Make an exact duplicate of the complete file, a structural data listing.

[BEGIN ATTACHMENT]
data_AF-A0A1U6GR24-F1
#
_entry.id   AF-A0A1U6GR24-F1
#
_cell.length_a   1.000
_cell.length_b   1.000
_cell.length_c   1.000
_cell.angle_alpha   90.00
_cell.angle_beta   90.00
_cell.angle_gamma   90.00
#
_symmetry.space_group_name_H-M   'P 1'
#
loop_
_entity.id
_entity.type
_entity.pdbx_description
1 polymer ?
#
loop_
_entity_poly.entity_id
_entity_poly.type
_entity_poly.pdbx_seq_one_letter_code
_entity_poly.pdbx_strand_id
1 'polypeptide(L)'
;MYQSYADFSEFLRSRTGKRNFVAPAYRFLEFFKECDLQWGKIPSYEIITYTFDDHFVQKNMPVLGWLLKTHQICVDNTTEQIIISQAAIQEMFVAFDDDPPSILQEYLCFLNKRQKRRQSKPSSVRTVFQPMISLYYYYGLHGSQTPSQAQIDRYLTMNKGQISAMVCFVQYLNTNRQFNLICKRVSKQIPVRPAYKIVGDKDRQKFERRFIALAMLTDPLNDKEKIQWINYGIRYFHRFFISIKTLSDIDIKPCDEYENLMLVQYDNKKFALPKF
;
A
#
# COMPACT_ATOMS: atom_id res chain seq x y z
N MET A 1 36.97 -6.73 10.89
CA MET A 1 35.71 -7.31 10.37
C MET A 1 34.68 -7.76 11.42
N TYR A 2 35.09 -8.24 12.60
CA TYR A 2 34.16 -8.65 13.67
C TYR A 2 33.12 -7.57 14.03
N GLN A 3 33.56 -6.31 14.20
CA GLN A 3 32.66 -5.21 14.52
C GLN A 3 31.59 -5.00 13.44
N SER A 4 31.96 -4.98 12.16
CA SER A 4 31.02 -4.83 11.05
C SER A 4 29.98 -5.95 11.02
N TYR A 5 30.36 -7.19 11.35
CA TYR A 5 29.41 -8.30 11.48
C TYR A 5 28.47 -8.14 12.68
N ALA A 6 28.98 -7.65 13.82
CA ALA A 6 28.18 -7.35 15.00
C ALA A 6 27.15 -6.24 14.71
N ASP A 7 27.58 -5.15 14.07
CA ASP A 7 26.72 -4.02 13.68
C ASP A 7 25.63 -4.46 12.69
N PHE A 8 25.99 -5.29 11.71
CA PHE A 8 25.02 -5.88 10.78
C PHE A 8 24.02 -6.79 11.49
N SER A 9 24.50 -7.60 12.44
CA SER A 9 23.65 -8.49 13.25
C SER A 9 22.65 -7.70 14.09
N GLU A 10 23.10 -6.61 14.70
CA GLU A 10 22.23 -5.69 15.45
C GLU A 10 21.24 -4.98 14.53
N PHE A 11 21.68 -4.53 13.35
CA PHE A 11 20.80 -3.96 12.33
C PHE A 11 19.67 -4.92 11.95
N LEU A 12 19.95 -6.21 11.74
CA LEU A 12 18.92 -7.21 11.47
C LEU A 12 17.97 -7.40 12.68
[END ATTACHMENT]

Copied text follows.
data_AF-A0A1U6GR24-F1
#
_entry.id   AF-A0A1U6GR24-F1
#
_cell.length_a   1.000
_cell.length_b   1.000
_cell.length_c   1.000
_cell.angle_alpha   90.00
_cell.angle_beta   90.00
_cell.angle_gamma   90.00
#
_symmetry.space_group_name_H-M   'P 1'
#
loop_
_entity.id
_entity.type
_entity.pdbx_description
1 polymer ?
#
loop_
_entity_poly.entity_id
_entity_poly.type
_entity_poly.pdbx_seq_one_letter_code
_entity_poly.pdbx_strand_id
1 'polypeptide(L)'
;MYQSYADFSEFLRSRTGKRNFVAPAYRFLEFFKECDLQWGKIPSYEIITYTFDDHFVQKNMPVLGWLLKTHQICVDNTTEQIIISQAAIQEMFVAFDDDPPSILQEYLCFLNKRQKRRQSKPSSVRTVFQPMISLYYYYGLHGSQTPSQAQIDRYLTMNKGQISAMVCFVQYLNTNRQFNLICKRVSKQIPVRPAYKIVGDKDRQKFERRFIALAMLTDPLNDKEKIQWINYGIRYFHRFFISIKTLSDIDIKPCDEYENLMLVQYDNKKFALPKF
;
A
#
# COMPACT_ATOMS: atom_id res chain seq x y z
N MET A 1 36.97 -6.73 10.89
CA MET A 1 35.71 -7.31 10.37
C MET A 1 34.68 -7.76 11.42
N TYR A 2 35.09 -8.24 12.60
CA TYR A 2 34.16 -8.65 13.67
C TYR A 2 33.12 -7.57 14.03
N GLN A 3 33.56 -6.31 14.20
CA GLN A 3 32.66 -5.21 14.52
C GLN A 3 31.59 -5.00 13.44
N SER A 4 31.96 -4.98 12.16
CA SER A 4 31.02 -4.83 11.05
C SER A 4 29.98 -5.95 11.02
N TYR A 5 30.36 -7.19 11.35
CA TYR A 5 29.41 -8.30 11.48
C TYR A 5 28.47 -8.14 12.68
N ALA A 6 28.98 -7.65 13.82
CA ALA A 6 28.18 -7.35 15.00
C ALA A 6 27.15 -6.24 14.71
N ASP A 7 27.58 -5.15 14.07
CA ASP A 7 26.72 -4.02 13.68
C ASP A 7 25.63 -4.46 12.69
N PHE A 8 25.99 -5.29 11.71
CA PHE A 8 25.02 -5.88 10.78
C PHE A 8 24.02 -6.79 11.49
N SER A 9 24.50 -7.60 12.44
CA SER A 9 23.65 -8.49 13.25
C SER A 9 22.65 -7.70 14.09
N GLU A 10 23.10 -6.61 14.70
CA GLU A 10 22.23 -5.69 15.45
C GLU A 10 21.24 -4.98 14.53
N PHE A 11 21.68 -4.53 13.35
CA PHE A 11 20.80 -3.96 12.33
C PHE A 11 19.67 -4.92 11.95
N LEU A 12 19.95 -6.21 11.74
CA LEU A 12 18.92 -7.21 11.47
C LEU A 12 17.97 -7.40 12.68